While rest of the city heaves a big sigh of relief to enjoy the long break for Deepavali, the doctors are on alert so as to be prepared for any emergencies.
This is the time when injuries peak, especially those related to the eye. It would be just as well if those celebrating the festival too took measures to avoid accidents.
“Incidents of eye injuries have been decreasing over the years with increased awareness,” says Dr T R Ravi, an ophthalmologist who has his practice in Indiranagar.
Although taking the necessary precautions is important, accidents cannot always be avoided, he says.”
Apart from burns and other injuries that could potentially be caused from firecrackers, the fumes emanating from them can also cause irritation.
“It’s not just those who light crackers or the bystanders that it affects. It’s in the air, so it can affect anyone,” says Dr Ravi.
While chemical injuries of the cornea is the most common of the cases he comes across, Dr Ravi says that injuries could occur anywhere from the cornea to the retina, even causing loss of eyesight. “It can cause damage right from the cornea to the retina. The clay pallet that’s at the bottom of the firecracker can fly at you, which could cause aberrations in the cornea, the outer-most layer of your eye. Or if the impact is greater, it could even dislodge your lens and even damage your retina.”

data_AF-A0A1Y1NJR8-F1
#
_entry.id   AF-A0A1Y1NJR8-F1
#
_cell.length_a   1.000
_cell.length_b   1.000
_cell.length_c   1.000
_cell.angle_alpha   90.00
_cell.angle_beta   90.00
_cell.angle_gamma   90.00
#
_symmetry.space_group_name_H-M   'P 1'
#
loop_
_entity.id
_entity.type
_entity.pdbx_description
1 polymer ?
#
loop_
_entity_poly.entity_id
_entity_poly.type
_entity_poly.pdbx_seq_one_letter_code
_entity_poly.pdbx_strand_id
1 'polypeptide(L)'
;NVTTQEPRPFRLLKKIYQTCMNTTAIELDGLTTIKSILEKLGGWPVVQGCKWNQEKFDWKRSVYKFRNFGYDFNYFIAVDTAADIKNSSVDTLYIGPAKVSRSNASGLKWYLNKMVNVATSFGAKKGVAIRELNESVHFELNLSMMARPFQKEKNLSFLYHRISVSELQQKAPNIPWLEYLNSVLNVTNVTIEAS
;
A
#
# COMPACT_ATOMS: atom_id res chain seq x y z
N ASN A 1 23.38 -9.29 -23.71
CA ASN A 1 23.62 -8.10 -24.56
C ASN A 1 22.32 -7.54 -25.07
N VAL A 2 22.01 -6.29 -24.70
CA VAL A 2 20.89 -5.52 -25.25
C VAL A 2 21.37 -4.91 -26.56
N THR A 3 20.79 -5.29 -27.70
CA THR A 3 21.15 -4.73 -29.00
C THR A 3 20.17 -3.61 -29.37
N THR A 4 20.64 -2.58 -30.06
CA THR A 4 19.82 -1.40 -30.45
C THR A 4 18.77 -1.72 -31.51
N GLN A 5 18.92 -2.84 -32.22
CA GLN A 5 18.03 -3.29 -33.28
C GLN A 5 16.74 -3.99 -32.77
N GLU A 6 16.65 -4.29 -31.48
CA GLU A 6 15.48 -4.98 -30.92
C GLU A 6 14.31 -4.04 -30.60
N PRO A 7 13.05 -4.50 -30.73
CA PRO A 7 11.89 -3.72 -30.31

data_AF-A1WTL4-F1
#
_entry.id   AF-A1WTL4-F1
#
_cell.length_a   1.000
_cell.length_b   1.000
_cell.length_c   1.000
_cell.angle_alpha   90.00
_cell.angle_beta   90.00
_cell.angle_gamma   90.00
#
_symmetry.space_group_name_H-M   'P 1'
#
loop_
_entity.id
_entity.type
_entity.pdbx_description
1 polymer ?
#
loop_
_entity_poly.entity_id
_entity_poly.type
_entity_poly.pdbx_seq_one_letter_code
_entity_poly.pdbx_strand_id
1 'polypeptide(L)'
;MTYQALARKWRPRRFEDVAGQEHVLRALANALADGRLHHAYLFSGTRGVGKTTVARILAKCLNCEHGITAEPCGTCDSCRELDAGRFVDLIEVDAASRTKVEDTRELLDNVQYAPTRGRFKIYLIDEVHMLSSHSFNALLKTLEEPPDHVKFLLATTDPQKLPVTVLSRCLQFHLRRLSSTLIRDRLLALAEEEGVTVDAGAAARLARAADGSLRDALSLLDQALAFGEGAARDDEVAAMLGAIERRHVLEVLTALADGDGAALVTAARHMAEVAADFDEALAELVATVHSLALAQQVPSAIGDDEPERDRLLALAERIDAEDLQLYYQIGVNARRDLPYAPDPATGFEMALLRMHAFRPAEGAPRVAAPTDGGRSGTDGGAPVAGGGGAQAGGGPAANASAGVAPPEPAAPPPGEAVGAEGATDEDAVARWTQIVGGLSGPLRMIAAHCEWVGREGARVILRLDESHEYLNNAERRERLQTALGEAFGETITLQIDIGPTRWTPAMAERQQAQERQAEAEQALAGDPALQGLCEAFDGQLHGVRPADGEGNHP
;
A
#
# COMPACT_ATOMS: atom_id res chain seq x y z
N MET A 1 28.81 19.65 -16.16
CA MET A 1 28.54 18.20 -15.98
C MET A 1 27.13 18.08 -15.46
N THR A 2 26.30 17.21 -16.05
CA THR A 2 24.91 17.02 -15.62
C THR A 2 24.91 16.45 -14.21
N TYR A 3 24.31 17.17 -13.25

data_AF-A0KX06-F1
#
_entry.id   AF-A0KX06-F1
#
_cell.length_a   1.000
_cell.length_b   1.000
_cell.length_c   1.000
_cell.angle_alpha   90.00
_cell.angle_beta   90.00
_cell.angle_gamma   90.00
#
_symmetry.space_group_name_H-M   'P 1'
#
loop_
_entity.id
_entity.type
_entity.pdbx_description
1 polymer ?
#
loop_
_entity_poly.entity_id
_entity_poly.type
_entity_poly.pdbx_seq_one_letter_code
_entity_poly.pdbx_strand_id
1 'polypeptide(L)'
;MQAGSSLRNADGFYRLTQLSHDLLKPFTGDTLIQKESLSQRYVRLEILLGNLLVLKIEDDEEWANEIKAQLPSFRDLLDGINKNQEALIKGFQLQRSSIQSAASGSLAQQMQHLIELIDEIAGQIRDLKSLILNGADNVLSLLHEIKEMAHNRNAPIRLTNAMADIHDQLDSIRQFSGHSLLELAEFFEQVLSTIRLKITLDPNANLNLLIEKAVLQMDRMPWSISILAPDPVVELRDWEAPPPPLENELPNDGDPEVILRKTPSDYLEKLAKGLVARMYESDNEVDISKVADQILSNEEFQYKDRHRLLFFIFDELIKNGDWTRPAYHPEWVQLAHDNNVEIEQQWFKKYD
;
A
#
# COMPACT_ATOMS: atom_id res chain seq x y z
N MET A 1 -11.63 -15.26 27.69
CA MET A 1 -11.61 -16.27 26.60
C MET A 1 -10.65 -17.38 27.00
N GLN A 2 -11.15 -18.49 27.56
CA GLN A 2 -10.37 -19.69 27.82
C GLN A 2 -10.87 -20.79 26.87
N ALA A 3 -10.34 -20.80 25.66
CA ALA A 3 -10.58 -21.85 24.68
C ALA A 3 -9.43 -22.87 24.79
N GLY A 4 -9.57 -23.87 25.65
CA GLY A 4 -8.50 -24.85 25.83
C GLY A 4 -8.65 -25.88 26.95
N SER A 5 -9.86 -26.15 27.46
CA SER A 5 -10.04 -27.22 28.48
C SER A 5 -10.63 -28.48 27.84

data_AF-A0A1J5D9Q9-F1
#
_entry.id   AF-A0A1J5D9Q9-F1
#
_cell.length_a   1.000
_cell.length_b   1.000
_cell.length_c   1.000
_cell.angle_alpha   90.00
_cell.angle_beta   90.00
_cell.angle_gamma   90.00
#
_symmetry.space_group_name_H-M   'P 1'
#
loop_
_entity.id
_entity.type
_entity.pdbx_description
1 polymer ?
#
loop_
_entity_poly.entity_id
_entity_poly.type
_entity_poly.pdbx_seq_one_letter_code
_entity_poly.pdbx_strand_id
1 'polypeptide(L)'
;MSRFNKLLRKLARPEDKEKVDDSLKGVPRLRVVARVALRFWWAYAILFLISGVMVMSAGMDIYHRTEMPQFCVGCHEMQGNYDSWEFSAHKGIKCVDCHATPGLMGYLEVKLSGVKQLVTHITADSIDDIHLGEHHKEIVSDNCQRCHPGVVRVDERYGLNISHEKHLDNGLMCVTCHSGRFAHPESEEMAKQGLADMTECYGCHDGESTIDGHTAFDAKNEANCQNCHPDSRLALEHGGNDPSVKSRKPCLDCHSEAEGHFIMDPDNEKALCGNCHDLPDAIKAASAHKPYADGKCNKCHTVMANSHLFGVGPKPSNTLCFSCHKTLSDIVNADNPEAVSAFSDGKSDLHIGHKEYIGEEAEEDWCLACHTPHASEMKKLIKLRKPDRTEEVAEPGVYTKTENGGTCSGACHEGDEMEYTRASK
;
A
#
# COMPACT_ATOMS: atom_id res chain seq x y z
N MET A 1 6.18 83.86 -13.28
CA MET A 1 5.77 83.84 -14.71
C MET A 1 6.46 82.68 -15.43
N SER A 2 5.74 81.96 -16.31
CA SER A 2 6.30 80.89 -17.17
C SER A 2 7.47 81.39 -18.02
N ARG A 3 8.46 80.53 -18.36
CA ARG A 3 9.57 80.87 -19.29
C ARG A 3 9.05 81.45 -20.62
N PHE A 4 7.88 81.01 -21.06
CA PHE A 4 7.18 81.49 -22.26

Dr Sathya Kakade, who is a consultant retina surgeon at a city hospital says that the average severe injuries (that require surgical treatment) that the hospital sees is about three to four, every Diwali.
“Minor cases, usually come to our attention a few days after the festival as those injured initially dismiss the injuries,” he says.
“It is important for people to understand that it’s a chemical injury in addition to being a thermal one. So even before you rush someone to the hospital, thoroughly wash the injured eye with potable water,” Dr Kakade advises.
According to him, while awareness has been increasing, the average number of eye injuries during the Diwali season have not dipped as there are still those who want to make merry at the cost of safety, often putting others at risk due to their nonchalance. Ironically, most of Dr Kakade’s patients are either children or the elderly, often people who are merely passing by.
The way ahead, the surgeon believes, is through community celebrations. “This way, experts light the crackers and the others have fun watching. It’s a safer and more environmentally friendly alternative.”